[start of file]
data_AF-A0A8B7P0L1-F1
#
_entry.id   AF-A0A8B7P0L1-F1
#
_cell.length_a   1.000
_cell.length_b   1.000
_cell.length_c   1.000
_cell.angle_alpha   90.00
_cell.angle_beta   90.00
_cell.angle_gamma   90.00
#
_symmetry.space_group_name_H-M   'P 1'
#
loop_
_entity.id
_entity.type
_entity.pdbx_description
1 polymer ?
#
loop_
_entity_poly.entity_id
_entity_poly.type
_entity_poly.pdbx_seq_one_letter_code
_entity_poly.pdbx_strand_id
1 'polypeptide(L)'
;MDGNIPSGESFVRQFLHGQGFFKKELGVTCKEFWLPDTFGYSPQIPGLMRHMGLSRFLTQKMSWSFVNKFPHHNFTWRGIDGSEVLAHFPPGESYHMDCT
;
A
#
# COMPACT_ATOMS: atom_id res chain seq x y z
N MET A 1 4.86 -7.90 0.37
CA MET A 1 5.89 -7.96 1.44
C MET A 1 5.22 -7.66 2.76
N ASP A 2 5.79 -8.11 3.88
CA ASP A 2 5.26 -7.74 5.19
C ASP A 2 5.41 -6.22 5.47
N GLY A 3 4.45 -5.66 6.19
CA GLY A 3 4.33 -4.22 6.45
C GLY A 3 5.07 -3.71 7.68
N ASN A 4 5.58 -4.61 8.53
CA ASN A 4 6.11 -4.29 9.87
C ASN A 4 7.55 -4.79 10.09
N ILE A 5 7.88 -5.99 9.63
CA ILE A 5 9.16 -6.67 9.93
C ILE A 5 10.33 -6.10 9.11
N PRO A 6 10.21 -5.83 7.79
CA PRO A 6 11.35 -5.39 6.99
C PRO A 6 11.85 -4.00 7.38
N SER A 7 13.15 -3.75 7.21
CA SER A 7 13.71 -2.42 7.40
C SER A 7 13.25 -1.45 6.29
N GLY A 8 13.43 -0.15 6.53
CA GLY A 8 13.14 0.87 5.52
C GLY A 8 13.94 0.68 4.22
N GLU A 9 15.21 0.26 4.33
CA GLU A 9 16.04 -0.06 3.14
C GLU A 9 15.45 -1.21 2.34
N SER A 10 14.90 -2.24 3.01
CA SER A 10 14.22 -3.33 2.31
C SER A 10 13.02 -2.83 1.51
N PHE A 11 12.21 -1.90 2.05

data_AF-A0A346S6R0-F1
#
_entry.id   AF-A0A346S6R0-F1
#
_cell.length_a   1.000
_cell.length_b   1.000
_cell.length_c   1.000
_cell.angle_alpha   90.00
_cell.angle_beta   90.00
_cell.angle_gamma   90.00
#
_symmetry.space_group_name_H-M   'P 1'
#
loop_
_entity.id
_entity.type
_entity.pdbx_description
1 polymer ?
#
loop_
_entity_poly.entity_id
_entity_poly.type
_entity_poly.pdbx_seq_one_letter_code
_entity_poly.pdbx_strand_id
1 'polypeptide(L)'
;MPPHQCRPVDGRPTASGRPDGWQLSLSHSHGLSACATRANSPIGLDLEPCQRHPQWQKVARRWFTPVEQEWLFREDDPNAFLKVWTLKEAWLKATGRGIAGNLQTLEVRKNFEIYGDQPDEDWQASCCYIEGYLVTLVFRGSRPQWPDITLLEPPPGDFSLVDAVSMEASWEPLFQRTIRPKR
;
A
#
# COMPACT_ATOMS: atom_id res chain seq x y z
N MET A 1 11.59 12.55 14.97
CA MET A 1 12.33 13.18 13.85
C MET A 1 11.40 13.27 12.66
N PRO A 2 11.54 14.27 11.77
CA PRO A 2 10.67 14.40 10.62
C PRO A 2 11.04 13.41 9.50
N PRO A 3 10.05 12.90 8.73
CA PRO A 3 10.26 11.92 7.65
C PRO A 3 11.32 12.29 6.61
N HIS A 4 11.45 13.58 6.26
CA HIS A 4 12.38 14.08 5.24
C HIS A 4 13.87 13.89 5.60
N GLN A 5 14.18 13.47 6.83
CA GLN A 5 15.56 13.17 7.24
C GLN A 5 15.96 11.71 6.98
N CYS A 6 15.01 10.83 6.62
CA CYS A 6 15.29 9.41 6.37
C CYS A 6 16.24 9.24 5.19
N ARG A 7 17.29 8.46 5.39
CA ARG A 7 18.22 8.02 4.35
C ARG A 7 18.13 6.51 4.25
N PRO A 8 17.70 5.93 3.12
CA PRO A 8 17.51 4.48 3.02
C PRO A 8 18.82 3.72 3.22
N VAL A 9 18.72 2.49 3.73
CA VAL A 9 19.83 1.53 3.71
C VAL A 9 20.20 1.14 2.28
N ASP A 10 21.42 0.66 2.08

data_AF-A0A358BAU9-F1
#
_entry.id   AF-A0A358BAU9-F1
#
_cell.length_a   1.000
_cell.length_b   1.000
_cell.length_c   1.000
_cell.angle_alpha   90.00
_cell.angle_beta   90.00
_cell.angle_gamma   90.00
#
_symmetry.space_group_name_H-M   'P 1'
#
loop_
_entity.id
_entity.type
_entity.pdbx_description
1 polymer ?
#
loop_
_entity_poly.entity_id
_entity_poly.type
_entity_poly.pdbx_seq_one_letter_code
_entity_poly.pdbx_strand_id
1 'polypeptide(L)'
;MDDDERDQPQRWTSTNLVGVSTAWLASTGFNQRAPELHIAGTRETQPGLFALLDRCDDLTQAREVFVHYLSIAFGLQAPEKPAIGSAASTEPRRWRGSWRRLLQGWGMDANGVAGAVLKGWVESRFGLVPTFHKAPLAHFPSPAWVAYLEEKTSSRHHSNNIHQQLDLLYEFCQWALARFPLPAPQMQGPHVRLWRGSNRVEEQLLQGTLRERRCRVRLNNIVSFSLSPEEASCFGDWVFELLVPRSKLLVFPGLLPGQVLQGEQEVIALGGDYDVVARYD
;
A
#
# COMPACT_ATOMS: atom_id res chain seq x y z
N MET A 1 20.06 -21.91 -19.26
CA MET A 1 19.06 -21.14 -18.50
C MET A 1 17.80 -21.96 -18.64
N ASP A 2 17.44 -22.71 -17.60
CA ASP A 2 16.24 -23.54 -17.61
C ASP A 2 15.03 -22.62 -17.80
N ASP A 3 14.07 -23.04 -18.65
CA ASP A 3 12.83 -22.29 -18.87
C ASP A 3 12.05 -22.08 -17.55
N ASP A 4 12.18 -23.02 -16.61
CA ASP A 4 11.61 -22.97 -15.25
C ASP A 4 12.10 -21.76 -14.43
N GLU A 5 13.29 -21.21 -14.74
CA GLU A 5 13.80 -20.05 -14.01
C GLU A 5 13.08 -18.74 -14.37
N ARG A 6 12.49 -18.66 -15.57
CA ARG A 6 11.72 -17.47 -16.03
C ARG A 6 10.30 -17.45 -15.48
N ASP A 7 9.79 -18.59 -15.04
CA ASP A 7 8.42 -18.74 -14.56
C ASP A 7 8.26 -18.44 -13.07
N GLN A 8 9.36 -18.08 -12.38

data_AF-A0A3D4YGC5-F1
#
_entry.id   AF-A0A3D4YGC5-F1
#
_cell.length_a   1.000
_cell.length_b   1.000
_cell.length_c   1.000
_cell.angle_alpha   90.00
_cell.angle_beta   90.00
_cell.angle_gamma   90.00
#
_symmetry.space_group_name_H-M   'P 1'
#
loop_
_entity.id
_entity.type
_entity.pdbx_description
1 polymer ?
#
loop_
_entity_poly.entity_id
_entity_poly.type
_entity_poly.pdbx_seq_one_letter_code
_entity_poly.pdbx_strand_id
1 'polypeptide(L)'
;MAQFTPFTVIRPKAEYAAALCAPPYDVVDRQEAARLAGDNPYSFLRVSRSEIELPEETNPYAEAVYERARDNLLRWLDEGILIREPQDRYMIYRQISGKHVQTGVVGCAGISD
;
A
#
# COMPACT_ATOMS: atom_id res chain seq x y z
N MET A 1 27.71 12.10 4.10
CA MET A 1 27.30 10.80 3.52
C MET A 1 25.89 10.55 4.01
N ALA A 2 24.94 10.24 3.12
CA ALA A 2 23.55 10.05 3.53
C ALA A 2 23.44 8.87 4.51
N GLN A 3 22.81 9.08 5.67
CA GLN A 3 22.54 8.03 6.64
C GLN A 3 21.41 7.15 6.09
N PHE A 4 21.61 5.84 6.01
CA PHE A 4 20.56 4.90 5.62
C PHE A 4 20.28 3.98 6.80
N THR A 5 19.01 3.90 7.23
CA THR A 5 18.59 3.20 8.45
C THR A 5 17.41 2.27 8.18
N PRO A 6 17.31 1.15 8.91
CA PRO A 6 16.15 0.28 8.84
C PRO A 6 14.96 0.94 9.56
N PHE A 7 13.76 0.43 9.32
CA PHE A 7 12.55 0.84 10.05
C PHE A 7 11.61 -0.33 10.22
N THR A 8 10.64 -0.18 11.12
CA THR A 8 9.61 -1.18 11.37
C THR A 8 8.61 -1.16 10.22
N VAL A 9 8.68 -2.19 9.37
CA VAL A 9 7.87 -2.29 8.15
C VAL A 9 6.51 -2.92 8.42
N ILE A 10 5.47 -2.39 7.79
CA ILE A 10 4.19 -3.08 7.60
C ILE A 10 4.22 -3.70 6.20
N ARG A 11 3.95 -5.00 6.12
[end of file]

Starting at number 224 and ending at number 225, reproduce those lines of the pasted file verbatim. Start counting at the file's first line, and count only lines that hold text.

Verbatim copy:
CA THR A 8 9.61 -1.18 11.37
C THR A 8 8.61 -1.16 10.22